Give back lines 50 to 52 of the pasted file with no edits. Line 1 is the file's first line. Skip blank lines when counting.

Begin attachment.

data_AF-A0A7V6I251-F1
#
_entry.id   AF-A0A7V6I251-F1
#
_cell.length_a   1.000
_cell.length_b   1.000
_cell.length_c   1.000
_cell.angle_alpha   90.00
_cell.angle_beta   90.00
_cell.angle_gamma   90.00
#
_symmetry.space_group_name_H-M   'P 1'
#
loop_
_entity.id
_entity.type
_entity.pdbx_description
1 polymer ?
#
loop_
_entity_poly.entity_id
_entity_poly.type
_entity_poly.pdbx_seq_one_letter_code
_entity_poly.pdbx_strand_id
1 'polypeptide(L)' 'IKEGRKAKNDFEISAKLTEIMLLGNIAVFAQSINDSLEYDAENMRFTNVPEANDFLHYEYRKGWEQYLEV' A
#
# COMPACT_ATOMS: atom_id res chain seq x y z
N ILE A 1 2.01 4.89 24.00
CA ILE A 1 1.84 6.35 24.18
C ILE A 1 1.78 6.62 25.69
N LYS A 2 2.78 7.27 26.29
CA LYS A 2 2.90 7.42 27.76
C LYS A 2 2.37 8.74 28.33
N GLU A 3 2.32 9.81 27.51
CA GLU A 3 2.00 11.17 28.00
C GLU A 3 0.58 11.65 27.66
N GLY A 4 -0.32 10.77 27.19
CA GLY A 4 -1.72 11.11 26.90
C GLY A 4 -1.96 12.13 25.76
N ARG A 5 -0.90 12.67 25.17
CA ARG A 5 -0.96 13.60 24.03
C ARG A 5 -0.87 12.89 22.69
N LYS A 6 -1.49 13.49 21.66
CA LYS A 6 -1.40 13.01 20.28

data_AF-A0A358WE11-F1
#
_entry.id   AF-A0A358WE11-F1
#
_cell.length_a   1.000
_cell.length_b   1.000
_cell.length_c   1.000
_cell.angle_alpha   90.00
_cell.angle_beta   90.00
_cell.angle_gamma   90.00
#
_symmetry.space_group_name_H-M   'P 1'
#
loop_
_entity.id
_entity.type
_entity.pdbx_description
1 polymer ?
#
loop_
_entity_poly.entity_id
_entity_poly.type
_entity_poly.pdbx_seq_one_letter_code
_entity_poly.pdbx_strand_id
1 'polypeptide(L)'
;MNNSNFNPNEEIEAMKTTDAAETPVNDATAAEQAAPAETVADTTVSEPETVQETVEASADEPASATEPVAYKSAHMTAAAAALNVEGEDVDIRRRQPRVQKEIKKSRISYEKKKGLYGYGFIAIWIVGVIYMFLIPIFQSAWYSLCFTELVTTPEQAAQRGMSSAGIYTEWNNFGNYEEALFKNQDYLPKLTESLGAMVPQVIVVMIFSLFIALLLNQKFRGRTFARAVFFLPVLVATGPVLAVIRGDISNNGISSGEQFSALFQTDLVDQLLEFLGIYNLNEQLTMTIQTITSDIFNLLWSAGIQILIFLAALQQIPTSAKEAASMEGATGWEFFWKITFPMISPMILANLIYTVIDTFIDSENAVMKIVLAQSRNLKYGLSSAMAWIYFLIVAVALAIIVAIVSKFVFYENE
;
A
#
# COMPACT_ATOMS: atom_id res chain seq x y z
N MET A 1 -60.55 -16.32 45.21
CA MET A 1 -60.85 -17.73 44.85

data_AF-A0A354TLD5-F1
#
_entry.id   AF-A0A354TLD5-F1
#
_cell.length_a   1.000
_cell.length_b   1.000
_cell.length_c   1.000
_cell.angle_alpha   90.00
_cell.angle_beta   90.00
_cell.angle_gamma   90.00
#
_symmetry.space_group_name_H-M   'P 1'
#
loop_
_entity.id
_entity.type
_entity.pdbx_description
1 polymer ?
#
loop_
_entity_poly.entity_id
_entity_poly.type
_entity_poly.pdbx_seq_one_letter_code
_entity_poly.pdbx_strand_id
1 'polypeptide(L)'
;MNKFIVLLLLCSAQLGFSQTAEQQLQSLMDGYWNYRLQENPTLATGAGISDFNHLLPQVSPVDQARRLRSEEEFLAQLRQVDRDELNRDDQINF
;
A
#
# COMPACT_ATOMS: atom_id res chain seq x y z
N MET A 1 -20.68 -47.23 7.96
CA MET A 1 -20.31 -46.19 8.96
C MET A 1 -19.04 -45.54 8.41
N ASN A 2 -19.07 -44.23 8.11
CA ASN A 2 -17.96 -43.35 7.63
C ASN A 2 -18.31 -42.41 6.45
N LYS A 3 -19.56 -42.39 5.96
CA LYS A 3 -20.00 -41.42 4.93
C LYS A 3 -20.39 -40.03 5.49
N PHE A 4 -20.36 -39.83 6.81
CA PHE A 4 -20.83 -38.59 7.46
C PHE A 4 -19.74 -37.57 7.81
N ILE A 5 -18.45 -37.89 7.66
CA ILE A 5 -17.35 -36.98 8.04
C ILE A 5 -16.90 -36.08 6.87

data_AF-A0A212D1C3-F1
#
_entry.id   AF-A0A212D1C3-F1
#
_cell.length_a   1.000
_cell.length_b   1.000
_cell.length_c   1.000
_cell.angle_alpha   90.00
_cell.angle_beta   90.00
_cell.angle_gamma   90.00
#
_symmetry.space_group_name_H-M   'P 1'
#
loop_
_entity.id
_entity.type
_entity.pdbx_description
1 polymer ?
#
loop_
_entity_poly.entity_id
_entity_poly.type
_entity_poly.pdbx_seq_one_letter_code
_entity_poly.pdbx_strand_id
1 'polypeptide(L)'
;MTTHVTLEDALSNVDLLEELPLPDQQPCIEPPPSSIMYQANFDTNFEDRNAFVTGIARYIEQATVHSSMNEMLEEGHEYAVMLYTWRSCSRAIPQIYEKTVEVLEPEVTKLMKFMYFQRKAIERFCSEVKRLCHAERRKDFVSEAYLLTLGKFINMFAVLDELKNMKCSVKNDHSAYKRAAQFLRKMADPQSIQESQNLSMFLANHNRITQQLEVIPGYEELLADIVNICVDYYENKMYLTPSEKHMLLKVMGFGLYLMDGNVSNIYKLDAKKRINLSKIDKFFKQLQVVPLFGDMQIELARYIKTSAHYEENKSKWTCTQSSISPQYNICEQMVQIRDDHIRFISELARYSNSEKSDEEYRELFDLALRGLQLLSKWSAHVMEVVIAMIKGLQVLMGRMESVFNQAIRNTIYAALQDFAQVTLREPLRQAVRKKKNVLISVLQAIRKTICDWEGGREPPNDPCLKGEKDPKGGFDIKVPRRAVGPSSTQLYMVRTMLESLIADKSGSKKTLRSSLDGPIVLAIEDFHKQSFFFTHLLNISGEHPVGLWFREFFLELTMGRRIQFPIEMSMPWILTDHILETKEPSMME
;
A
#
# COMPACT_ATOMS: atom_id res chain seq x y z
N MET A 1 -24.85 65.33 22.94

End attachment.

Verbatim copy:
_cell.length_b   1.000
_cell.length_c   1.000
_cell.angle_alpha   90.00